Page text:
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Michael Stoff, Director 305 East 23rd St, CLA 2.102, (G3600) Austin, TX 78712-1250 • 512-471-1442

Spring 2005

T C 603B • Composition and Reading in World Literature

Unique Days Time Location Instructor
41065 MWF
11:00 AM-12:00 PM
MEZ 1.122

Course Description

This course looks at how world literature and film have created ongoing and multicultural dialogues, as both texts and films have been adapted, remade, rewritten, or improvised upon by writers and artists across time and national borders. Thus, the focus of the course will be on how the works get manipulated and for what cultural purposes, as original messages in text, plot, and visual design are adapted for new audiences, yet with specific references to their sources and to the cultural authority of these sources. The changes that occur when a print genre becomes a visual narrative show how the assumptions and stereotypes of an original are modified in the new cultural context of the adaptation. When a work is remade, the maker must reconsider, and sometimes rethink, such features as the narrative or filmmaker’s point of view, the episodic structure, and the choice of language, if the new version is to speak to and for its new audience. Reflecting its origins in early nineteenth-century England, for example, the language of Jane Austen’s Pride and Prejudice frequently mentions “civility,” and the protagonists use extremely formal speech. Both the 1950s Hollywood version and the BBC Series version of the 1990s delete many turns of phrase that echo the book—but they substitute exchanges that also differ strikingly from one another; they rewrite characters' exchanges into terms that their new audiences will recognize, and as they highlight new themes purportedly drawn from the originals. In this way a “high culture” work is popularized in ways that reflect the two different eras in which those popularizations occurred. In this class, students will engage in analysis of these differences to identify the implied expectations of audiences viewing the film versions at given points of time. As a major tool to aid such cross-cultural analyses, a précis format (short one-page analysis grids) will be introduced to help students learn to identify meaning systems and key contrasts in narrative and visual characteristics. They will lead to discussions and longer analyses of how the films and texts change cultural markers in response to events outside them, as reflected in their changes of content and point of view. Examples will range from Shakespeare’s King Lear and its film adaptation, Kurosawa’s Rashomon, through three versions of the science fiction classic Metropolis (Harbou’s novel, Lang’s silent film and the recent Japanese anime), and classic Westerns that come from abroad (how Seven Samurai became The Magnificent Seven, a western nothing like the classic Virginian). In the initial weeks of class, the instructor and the group will work out the premises for cross-cultural and cross-genre analyses together, taking examples in class time. By the fifth week the class will commence assessing other adaptations independently—a play, novel, or film and its adaptation—in short oral and written presentations. In the final third of the semester, leading up to their semester projects, students will select their own novel/film combination in consultation with the instructor and present an oral version of a longer written paper, analyzing the cross-cultural implications of this adaptation.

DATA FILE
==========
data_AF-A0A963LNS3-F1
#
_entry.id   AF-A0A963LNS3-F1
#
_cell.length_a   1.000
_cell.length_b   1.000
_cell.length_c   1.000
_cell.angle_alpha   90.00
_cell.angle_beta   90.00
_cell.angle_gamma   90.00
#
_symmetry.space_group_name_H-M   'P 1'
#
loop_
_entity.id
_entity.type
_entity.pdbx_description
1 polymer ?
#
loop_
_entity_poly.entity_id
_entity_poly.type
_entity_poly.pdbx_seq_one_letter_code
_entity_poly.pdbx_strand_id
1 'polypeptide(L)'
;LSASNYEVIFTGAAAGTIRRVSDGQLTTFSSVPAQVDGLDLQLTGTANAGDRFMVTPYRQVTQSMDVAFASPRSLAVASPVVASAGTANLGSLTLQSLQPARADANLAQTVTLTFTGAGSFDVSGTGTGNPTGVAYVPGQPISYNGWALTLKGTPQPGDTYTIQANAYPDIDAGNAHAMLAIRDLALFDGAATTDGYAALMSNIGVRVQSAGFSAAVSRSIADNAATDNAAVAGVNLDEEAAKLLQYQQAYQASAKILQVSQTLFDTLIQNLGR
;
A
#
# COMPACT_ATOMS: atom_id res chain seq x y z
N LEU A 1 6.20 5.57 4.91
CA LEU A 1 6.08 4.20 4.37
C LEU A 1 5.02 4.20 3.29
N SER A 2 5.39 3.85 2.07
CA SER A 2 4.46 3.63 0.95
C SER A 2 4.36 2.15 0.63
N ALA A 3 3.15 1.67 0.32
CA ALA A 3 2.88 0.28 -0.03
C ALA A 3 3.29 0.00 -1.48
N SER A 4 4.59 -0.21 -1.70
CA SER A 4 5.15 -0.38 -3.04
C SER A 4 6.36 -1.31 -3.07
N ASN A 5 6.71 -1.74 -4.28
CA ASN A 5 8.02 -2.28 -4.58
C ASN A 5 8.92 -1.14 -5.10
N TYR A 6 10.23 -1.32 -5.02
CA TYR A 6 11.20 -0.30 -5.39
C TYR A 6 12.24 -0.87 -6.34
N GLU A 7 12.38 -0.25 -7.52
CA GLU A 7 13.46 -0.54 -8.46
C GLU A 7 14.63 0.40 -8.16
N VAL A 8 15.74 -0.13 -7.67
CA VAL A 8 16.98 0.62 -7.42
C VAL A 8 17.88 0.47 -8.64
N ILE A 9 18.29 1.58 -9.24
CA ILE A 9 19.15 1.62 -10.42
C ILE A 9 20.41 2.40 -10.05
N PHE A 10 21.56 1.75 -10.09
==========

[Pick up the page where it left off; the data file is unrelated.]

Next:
About the Professor Professor Swaffar teaches courses in Comparative Literature and twentieth century literature with an emphasis on the period after WWII. She also works with students in foreign language education. She is the author of a handbook on literary magazines after WWII (in German), a book on how reading in a foreign language can lead to language proficiency (Reading for Meaning), and is currently working on a book about strategies for reading and writing about high- and popular-culture texts in ways that empower readers of English. Recently she has written about Russian films and the historical reasons for an enduring consciousness divide between East and West Germany. She can be seen (and avoided) riding her bike on campus and in central Austin, loves to be at the University of Texas, Barton Springs or at home gardening, cooking, and eating.

Grading Policy

Précis: 20% Short analyses: 20% Quizzes: 10% Consultation on oral presentation: 5% Oral presentation: 10% Consultation on paper topic: 5% Consultation on paper draft: 10% Longer Paper: 20%


Texts: King Lear, Pride and Prejudice, Metropolis, The Legend of Sleepy Hollow, The Virginian Films (available from the instructor on video tapes or in DVD formats): Rashomon, The Seven Samurai, The Magnificent Seven, Pride and Prejudice (2 versions), Metropolis (2 versions), The Legend of Sleepy Hollow.


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